On the other hand, Mission Impossible, after John Woo’s execrable second installment, delivered the greatest action-spy movie of the decade in Mission Impossible 3 and followed that up with the highly entertaining Mission Impossible 4.

What James Bond has lost sight of is the franchise’s cinematic roots. James Bond represented a mix of everything in mainstream cinema – gunfights, car chases, sex, cool crap, cars, more gunfights and more women.

Casino Royale and Quantum of Solace’s attempts at characterizing James Bond are noble, but they do the series a disservice. I mean, really, what good does characterizing James Bond do you? He doesn’t become a more sympathetic character. At the end of the day, 007 is still a crazy British badass who travels across the world with a near infinite amount of money to drive really fast cars, engage in casual sexual liaisons with supermodels and kill unambiguously evil villains. And, don’t forget, his job is to look like he’s enjoying himself.

His character has become so far detached from the reality that it’s almost impossible to relate to the character.

Jason Bourne? You can relate to him in a pinch – he doesn’t have the British government standing behind him. His choice of company are men who are trying to kill him and men who are trying kill him with funny accents. It’s cathartic to watch him muscle-MacGyver his way out of any scenario because it’s thrilling to see someone so utterly subjugated succeed.

James Bond? The point of James Bond isn’t to invest in the character, but rather attain some level of entertainment through kind of living vicariously through him. You don’t want to see rich badass sulking, you want to see him shooting someone with a silenced pistol while crashing an Aston Martin and tonguing a France femme fatale.

Mission Impossible hasn’t lost sight of this. The set pieces come hard and fast, the gizmos, though grounded in realistic-ish technology, are really damn cool and the cars are still shiny and sleek.

That’s not to say that Mission Impossible 4 is a perfect movie. The script is kind of bad, dead wife subplot and Jeremy Renner’s character being the most glaring flaws. Also, who the fuck would believe that Ethan Hunt, ostensibly an international superspy, would suddenly decide to ditch his team, and have to get taught a lesson on the value of teamwork by a Russian arms dealer who kind of looks like Lars von Trier? That’s an idea out of fucking Arthur or Magic School Bus, not IMAX’s Hardest Spy Movie.

Casino Royale and Quantum of Solace did try to chart the interior life of James Bond. I suppose that it’s commendable.  And Mission Impossible 4 has much looser, shallower characterization. I don’t know if I would necessarily call Mission Impossible 4 a better movie than Casino Royale and Quantum of Solace. I just know that Mission Impossible 4 fully embraces what it is.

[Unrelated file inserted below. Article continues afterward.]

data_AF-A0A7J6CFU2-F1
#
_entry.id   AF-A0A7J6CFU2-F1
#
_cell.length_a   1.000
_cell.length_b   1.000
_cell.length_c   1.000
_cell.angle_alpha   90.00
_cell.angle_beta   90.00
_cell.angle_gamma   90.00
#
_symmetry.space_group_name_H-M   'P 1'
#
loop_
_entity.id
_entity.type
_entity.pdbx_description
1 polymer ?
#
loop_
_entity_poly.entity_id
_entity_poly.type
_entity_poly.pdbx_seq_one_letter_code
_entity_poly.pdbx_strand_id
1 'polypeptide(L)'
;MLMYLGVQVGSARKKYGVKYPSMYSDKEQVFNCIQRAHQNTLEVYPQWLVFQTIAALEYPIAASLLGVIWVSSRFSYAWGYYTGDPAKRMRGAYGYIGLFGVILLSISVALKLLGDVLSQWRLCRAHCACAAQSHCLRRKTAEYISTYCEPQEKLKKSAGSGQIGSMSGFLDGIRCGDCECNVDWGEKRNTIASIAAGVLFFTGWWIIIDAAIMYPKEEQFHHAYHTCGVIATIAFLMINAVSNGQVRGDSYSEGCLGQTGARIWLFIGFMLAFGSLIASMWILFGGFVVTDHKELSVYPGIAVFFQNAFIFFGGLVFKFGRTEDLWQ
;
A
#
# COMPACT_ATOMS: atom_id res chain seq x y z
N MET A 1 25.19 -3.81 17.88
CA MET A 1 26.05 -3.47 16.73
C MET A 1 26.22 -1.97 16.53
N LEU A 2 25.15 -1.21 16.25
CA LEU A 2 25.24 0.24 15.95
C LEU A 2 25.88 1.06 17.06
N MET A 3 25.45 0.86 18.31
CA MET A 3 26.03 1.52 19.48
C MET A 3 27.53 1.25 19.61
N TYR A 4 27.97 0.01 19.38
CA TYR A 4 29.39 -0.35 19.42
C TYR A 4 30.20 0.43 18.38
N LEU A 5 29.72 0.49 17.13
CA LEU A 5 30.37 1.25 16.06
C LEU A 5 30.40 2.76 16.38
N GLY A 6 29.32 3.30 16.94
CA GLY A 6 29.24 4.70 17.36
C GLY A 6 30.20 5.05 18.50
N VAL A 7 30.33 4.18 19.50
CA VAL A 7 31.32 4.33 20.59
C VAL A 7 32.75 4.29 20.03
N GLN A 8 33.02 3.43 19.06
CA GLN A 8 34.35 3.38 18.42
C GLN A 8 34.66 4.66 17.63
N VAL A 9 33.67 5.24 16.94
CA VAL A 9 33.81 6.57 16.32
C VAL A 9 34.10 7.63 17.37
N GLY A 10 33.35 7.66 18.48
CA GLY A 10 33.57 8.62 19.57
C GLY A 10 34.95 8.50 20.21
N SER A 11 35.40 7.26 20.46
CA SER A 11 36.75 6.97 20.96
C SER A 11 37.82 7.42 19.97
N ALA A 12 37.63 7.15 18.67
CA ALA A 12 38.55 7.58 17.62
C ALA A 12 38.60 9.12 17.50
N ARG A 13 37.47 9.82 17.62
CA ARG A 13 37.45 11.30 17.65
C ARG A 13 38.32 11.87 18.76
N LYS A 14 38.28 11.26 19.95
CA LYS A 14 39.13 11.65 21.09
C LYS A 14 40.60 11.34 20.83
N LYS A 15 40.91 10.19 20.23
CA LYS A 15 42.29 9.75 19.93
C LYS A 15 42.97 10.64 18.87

Acting like a teen

The weirdest aspect of watching Chronicle was seeing a bunch of 20-some year olds act like teenagers. It’s more than a little odd that a movie which goes to so many extremes to portray a grounded and naturalistic group of teenagers featured, primarily, a cast way past adolescence. The performances are fine, but they looked nothing like the part.

I suppose it isn’t that uncommon in Hollywood to really not give a damn about casting people who look the part. Did anyone really believe that Rachel McAdams in Mean Girls was 17? Did anyone think that the cast of Prom really, convincingly physically resembled high schoolers? And who in their right minds would believe for an instant that Joseph Gordon Levitt belonged anywhere near a high school in Brick?

I guess that the rationale behind some of this casting is kind of reasonable. I mean most actors either start out really young or get into the business after high school. You get a good number of child stars, a fair number of 20-some year old stars. But who really gets into acting during high school? At minimum, most parents expect their children to graduate high school, so launching a career during that time seems counterproductive.

And, of course, most high school movies aren’t budgeted high enough to deck out their halls completely with former/working child stars.

There some movies that do feature a convincingly aged set of actors. Admittedly, these movies are typically smaller, faster affairs. Films like Gus Van Sant’s haunting Elephant had a cast entirely of 15-some year olds. Harry Potter, up until the fifth movie, had a cast that convincingly passed for teenagers. The god-awful looking Project X and similarly awful looking Virginity Hit also had a realistic cast.

Come to think of it, Project X and Virginity Hit were also found footage movies. Really, Chronicle, what gives? It’s true that the teenage actors had to show a lot more range than the party goers in Project X, but it’s not like there aren’t any good teenage actors. Chronicle is a film that deals with many emotions that most of us could have/can relate to (though, of course, skewered and made more extreme). I don’t think that it would be impossible to find good teenage actors to fill the roles.

But, even if the filmmakers had their hearts set on the cast, they could have done some make up work. Make up can do wonders (see Napoleon Dynamite). Add some bloody acne, dude.

Or, if they’re that determined to fuck with the minds of the hypercritical pricks in the audience, they could’ve been more overt. 21 Jump Street cheekily references the industry standards by featuring the most slapdash deagifying work I’ve seen. Want to see Channing Tatum as a jock? Slap on a douche-wig. Wanna know how pre-Superbad Jonah Hill would’ve looked? Fucked if I care, give him some braces or some shit.


Too soon?